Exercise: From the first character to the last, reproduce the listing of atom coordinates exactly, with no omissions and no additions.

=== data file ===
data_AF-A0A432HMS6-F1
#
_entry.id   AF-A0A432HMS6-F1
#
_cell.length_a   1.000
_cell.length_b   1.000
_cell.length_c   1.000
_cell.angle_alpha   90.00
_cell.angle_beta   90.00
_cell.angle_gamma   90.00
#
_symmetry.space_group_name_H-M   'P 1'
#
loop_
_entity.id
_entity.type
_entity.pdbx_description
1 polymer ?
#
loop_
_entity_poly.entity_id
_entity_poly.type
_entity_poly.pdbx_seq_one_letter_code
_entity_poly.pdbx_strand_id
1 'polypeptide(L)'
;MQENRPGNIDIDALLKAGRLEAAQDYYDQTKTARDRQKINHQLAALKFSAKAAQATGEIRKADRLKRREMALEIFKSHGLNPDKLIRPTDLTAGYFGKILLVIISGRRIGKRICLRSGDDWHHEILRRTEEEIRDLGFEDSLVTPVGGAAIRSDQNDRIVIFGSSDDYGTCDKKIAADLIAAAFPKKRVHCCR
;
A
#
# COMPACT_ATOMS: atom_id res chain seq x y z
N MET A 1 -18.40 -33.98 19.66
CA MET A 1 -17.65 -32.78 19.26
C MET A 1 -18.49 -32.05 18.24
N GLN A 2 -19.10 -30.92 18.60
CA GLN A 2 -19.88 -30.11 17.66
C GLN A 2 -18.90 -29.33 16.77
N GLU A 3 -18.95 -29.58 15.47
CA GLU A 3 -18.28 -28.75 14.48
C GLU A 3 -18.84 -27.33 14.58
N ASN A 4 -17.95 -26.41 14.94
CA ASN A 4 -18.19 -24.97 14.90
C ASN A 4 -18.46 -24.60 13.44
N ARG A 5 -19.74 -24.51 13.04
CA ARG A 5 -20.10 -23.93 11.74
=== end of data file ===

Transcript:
data_AF-A0A432HMS6-F1
#
_entry.id   AF-A0A432HMS6-F1
#
_cell.length_a   1.000
_cell.length_b   1.000
_cell.length_c   1.000
_cell.angle_alpha   90.00
_cell.angle_beta   90.00
_cell.angle_gamma   90.00
#
_symmetry.space_group_name_H-M   'P 1'
#
loop_
_entity.id
_entity.type
_entity.pdbx_description
1 polymer ?
#
loop_
_entity_poly.entity_id
_entity_poly.type
_entity_poly.pdbx_seq_one_letter_code
_entity_poly.pdbx_strand_id
1 'polypeptide(L)'
;MQENRPGNIDIDALLKAGRLEAAQDYYDQTKTARDRQKINHQLAALKFSAKAAQATGEIRKADRLKRREMALEIFKSHGLNPDKLIRPTDLTAGYFGKILLVIISGRRIGKRICLRSGDDWHHEILRRTEEEIRDLGFEDSLVTPVGGAAIRSDQNDRIVIFGSSDDYGTCDKKIAADLIAAAFPKKRVHCCR
;
A
#
# COMPACT_ATOMS: atom_id res chain seq x y z
N MET A 1 -18.40 -33.98 19.66
CA MET A 1 -17.65 -32.78 19.26
C MET A 1 -18.49 -32.05 18.24
N GLN A 2 -19.10 -30.92 18.60
CA GLN A 2 -19.88 -30.11 17.66
C GLN A 2 -18.90 -29.33 16.77
N GLU A 3 -18.95 -29.58 15.47
CA GLU A 3 -18.28 -28.75 14.48
C GLU A 3 -18.84 -27.33 14.58
N ASN A 4 -17.95 -26.41 14.94
CA ASN A 4 -18.19 -24.97 14.90
C ASN A 4 -18.46 -24.60 13.44
N ARG A 5 -19.74 -24.51 13.04
CA ARG A 5 -20.10 -23.93 11.74